• Take the inch-thick block of puff pastry out of its packet and plop it onto the floured area. I didn’t say DROP it! Now clear up where all the flour has landed!
  • Flour the top of the pastry. Use the rolling pin (or substitute) to roll out the pastry away from you then towards you.  It should have expanded into an oblong whilst becoming thinner.
  • Pick up the pastry, turn it through 90 degrees on the board, and then turn it over, trapping some of the flour under it.
  • Lightly flour the top of the pastry. The oblong that you made should now be orientated the other way around.
  • Roll again and make it go back into a square.
  • Repeat this several times until the pastry is about 4-5mm thick. You should be able to get 8 tarts out of the pack of pastry.  Use a spear of asparagus to help you measure the right size of pastry to get 8 tarts, each to take 4 spears and to leave about 10mm all around the edge of each.
  • Alternatively, buy it ready rolled out. It comes in a long roll.  It’s dead easy then.


  • Cut the pastry into the 8 oblong tart shapes but leave them all where they are – do not move them.
  • Score the pastry one centimetre from the edge. This scored border line allows the pastry to rise  – see the diagram for exactly what to do.


  • Using a teaspoon, spread the onion confit (that you so cleverly, skilfully and wonderfully made earlier) evenly over the centre of the pastry of each tart inside the scored line, leaving a clear 1cm edge on each without onion. The confit can be about 4 mm thick if you have enough.  Season each onion patch with coarsely ground black pepper.  Lay 3, 4 or 5 spears on each tart, atop the onion confit, according to how many you have and the thickness of the spears.
  • Of course, if you want to make one big round tart, just unroll your pastry, still on its paper and lay it onto a round tin.



  • Take the egg, break it into a mug and whisk it with a fork. I doubt that you’ll have a pastry brush (if you have, use it) so use a teaspoon and spoon a little of the egg wash onto the edges of the tarts, spreading it with a very carefully washed forefinger all over each of the four edges of each of the eight tarts.  Try to use it all.  Don’t waste it; it cost money.  Sprinkle just a little finely grated parmesan cheese over the stems of the asparagus on each tart.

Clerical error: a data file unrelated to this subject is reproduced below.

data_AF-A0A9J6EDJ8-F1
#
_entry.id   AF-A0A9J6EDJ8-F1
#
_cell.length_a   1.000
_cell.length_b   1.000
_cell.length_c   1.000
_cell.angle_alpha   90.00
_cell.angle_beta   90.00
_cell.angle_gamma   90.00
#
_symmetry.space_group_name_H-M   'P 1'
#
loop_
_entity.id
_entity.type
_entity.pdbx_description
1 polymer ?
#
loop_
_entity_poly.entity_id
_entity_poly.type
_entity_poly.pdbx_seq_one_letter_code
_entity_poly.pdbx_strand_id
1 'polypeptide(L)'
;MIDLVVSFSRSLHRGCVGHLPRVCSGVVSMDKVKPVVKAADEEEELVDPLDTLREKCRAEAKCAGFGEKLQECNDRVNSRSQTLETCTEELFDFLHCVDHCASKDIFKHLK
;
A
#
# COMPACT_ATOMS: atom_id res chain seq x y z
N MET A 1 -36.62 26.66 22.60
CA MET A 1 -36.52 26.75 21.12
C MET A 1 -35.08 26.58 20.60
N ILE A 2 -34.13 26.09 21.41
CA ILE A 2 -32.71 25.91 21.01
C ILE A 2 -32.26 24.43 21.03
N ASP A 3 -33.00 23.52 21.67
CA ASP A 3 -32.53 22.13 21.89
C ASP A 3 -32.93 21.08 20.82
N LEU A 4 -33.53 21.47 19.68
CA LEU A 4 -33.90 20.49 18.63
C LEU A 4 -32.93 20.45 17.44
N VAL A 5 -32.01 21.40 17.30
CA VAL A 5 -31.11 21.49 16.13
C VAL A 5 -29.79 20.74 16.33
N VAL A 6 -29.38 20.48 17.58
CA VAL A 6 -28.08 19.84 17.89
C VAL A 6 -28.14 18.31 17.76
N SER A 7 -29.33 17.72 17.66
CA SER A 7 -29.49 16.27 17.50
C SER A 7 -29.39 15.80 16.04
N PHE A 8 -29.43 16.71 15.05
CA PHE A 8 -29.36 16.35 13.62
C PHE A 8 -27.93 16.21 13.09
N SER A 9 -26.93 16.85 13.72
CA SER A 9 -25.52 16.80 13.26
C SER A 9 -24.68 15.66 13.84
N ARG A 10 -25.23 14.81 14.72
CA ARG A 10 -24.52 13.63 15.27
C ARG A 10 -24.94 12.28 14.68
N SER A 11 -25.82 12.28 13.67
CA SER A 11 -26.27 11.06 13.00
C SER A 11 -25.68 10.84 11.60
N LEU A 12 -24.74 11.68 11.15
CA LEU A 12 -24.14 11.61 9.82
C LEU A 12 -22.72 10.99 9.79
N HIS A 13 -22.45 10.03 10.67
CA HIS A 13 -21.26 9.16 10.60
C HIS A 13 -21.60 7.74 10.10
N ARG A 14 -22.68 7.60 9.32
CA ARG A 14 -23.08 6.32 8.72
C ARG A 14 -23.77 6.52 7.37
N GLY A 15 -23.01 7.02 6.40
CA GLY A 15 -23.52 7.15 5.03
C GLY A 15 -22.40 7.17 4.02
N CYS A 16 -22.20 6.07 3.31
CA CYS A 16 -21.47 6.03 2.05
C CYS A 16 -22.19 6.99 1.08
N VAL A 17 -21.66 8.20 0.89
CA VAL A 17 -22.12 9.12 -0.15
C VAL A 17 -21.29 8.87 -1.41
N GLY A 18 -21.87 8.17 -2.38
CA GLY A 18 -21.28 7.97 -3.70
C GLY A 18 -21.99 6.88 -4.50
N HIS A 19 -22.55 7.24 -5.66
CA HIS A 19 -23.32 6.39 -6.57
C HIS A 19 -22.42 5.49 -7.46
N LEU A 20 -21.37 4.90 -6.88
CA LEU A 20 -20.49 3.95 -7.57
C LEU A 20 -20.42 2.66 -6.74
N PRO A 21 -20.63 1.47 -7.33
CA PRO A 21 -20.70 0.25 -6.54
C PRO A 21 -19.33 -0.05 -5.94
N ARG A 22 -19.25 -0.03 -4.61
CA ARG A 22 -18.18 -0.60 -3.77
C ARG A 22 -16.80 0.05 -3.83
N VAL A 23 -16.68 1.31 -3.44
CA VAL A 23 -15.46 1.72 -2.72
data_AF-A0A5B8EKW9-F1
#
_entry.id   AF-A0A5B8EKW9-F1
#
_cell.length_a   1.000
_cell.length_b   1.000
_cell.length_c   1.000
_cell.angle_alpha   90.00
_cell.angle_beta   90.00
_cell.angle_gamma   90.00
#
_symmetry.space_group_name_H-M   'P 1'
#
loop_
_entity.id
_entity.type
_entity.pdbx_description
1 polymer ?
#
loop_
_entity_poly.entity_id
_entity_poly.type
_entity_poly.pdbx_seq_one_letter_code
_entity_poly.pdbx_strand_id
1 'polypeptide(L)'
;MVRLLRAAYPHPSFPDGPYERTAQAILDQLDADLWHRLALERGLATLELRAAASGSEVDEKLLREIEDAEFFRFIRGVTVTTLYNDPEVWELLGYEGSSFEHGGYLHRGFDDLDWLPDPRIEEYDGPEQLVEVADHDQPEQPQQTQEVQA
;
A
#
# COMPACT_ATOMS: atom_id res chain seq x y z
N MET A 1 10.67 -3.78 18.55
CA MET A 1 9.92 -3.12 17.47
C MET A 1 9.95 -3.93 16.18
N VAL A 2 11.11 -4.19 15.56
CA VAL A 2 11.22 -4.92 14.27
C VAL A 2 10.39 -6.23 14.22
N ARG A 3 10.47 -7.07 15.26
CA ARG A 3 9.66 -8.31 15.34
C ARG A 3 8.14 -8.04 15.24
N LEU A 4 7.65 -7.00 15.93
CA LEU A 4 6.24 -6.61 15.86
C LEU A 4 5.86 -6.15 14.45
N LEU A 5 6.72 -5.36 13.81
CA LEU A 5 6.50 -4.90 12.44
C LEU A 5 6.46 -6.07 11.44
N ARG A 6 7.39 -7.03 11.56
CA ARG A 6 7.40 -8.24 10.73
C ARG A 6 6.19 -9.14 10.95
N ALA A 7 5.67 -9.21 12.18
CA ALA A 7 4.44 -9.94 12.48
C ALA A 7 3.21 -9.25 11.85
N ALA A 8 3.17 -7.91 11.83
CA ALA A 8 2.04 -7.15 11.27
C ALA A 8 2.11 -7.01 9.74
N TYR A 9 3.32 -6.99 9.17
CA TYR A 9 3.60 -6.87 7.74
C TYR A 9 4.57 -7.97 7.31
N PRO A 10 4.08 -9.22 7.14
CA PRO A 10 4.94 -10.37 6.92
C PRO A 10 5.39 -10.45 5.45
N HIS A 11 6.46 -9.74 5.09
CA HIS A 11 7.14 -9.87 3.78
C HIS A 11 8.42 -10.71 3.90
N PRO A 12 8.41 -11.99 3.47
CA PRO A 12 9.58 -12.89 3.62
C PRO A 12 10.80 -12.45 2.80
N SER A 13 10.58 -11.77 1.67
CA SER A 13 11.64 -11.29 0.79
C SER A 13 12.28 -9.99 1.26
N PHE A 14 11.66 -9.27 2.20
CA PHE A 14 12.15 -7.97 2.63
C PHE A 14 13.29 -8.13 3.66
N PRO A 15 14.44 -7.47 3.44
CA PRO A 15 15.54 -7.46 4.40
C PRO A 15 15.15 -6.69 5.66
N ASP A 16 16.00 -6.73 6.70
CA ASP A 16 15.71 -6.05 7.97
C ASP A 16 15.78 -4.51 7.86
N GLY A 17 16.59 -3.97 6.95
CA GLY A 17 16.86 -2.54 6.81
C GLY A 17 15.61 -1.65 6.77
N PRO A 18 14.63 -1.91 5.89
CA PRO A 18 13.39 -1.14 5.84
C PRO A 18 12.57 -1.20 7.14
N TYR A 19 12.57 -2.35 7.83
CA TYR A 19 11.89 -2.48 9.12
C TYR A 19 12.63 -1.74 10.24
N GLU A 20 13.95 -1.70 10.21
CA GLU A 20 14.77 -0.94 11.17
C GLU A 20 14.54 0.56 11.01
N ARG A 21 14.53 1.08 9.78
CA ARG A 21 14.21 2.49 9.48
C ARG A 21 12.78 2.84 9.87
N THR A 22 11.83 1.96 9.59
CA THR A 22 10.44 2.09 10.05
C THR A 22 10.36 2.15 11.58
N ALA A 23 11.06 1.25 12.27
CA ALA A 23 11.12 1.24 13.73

• Using the knife, slide under one tart and ease it away from the rest. Be gentle.  Do this to each of the remaining seven tarts.  Don’t lift any up as yet – of course, if you are doing one big round tart, there’s no cutting, no lifting – in fact no tarting about at all!


  • Pre-heat the oven to gas Mk 5. Carefully transfer each of the eight tarts (using a broad knife, or a fish slice, or a spatula, or….)  to an oiled baking tray.  You can bake them on baking paper instead, oiled and put onto a baking sheet.
  • Bake them for 20 minutes. Inspect to see if they have puffed and golden brown edges.  If not, bake for a little longer.
  • Serve on heated plates with a little Hollandaise sauce if possible. Don’t try to make Hollandaise sauce at the moment; it’s a bit tricky – you are still learning.    What a starter it is.

Red Onion & Goat’s Cheese Tart

Photo:  Chris Wiles Photgraphy

Red Onion & Goat’s Cheese Tart

Prep:           20 mins.

Cooking:      40 mins.

Course:        Lunch/Snack – veggie friendly

Serves:        4-6 (max 4 for main course)

Rating:         2:  Easy

Originally ‘invented’ because we had a very good friend (veggie) staying with us in France.  Being a veggie in France (and surviving the experience without getting bored by repeatedly being given salad) is not easy, and catering for one who eats neither meat nor fish is a problem; much more of a problem than in the UK.  But we did this:


  • 1 roll of ready-made puff pastry
  • 4 large red onions, peeled & sliced thinly
  • 2 large cloves garlic, chopped as small as you can (or 4 small, etc)
  • 1 large red pepper, chopped/sliced/diced as you wish